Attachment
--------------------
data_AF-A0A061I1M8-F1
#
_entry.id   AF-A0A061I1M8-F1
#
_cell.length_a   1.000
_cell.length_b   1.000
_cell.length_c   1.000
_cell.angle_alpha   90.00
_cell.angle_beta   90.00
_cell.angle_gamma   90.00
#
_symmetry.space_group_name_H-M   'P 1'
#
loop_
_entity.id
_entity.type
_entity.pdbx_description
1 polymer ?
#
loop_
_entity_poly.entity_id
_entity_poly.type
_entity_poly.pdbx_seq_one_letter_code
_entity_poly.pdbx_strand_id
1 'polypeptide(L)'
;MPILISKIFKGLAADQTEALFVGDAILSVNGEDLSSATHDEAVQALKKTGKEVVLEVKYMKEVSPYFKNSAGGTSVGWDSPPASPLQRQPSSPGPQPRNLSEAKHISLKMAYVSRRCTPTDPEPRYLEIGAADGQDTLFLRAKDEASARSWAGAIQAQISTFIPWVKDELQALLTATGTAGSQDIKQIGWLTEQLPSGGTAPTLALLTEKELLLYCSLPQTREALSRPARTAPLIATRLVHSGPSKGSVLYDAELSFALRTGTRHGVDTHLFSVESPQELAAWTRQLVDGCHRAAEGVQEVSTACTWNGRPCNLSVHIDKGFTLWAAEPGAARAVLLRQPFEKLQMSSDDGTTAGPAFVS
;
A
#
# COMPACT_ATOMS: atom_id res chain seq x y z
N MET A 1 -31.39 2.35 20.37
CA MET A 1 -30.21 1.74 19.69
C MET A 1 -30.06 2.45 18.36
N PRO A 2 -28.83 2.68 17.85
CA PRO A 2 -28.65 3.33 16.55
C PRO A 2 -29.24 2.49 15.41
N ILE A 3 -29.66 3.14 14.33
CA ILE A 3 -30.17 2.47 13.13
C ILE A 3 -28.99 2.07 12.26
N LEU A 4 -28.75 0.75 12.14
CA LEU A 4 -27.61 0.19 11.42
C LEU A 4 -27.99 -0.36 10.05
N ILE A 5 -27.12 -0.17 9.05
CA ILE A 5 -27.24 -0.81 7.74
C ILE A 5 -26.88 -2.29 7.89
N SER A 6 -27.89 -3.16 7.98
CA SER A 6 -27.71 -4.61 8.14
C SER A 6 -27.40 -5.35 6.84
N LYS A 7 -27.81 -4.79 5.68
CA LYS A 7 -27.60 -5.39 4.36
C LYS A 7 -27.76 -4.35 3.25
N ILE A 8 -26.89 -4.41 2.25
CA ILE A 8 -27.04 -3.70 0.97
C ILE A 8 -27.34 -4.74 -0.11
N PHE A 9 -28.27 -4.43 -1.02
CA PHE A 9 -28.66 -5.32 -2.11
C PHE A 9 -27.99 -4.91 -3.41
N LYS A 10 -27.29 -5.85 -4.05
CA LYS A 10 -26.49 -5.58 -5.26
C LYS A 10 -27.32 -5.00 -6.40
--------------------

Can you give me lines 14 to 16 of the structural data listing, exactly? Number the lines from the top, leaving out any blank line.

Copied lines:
loop_
_entity.id
_entity.type